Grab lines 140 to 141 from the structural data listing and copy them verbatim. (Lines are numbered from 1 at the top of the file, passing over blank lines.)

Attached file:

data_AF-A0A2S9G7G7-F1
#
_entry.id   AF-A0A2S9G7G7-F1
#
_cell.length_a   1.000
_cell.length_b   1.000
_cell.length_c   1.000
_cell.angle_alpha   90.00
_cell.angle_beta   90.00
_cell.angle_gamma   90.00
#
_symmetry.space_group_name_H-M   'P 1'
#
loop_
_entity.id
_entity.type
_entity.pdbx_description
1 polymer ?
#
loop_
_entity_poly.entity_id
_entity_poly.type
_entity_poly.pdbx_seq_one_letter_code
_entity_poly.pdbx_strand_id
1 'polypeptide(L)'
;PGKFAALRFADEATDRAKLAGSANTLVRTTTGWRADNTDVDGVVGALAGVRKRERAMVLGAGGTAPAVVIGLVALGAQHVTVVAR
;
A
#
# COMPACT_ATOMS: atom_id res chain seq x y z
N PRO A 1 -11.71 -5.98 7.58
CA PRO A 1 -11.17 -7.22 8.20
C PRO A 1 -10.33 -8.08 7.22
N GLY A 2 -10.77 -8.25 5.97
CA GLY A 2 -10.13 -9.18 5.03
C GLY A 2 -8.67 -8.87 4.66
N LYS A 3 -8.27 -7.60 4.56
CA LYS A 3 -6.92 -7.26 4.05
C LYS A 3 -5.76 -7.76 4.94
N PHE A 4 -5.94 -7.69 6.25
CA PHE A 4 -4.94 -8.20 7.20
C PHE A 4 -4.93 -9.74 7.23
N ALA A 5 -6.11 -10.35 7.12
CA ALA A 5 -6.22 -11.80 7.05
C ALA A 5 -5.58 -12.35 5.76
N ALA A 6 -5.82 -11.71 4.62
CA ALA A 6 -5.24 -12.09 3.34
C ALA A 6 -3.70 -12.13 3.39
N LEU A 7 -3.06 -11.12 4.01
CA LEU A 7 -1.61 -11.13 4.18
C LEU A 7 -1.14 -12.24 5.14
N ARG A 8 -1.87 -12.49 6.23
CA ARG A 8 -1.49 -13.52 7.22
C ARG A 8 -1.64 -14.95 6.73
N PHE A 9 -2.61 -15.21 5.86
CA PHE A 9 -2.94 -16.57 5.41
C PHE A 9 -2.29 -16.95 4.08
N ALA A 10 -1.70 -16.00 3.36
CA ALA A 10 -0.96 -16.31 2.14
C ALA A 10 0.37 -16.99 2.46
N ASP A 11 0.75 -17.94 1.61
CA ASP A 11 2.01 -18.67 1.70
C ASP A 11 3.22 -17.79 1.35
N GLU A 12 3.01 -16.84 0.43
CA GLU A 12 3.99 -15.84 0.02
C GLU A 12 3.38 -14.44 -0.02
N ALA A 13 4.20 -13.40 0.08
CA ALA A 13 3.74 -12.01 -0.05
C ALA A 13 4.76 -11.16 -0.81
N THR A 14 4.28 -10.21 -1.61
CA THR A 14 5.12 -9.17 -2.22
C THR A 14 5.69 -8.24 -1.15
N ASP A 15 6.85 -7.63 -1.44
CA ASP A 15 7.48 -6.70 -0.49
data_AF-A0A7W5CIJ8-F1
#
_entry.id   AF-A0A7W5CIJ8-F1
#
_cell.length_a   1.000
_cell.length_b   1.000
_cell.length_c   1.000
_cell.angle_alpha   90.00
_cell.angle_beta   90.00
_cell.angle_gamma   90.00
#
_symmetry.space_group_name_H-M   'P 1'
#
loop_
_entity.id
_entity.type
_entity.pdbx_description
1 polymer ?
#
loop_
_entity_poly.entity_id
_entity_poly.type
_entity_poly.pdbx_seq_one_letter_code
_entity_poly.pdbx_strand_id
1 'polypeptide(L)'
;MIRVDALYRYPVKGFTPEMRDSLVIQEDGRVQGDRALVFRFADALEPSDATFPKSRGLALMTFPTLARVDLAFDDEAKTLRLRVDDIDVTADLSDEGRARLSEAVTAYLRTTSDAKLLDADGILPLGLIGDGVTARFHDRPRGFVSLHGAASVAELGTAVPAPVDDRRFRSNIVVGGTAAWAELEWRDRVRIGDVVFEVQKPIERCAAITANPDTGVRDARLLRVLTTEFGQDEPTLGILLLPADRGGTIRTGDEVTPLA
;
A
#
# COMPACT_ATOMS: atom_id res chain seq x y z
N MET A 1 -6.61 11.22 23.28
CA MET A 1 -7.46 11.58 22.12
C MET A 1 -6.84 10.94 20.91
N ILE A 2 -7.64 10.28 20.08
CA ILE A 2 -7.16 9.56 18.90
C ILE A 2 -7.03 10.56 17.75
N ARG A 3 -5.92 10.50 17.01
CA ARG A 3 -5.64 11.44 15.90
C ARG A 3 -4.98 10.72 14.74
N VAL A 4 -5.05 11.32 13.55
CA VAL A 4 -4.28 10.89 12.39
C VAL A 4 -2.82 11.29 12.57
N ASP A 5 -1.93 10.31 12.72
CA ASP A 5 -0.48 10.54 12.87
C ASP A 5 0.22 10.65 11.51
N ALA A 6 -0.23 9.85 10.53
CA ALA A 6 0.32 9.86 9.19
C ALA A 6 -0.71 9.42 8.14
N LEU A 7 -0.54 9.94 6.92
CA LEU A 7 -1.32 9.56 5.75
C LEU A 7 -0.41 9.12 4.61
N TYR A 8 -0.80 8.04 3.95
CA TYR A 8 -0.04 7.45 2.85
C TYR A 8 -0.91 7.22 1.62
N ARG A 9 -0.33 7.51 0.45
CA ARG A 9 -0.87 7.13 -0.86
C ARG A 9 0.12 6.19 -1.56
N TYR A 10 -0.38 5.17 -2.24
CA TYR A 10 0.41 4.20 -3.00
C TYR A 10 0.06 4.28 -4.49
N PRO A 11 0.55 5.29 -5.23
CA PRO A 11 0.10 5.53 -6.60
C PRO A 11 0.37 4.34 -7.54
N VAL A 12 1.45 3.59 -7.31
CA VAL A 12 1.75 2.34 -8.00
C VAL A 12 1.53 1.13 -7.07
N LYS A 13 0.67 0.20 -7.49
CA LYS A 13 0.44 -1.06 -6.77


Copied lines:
C VAL A 12 1.53 1.13 -7.07
N LYS A 13 0.67 0.20 -7.49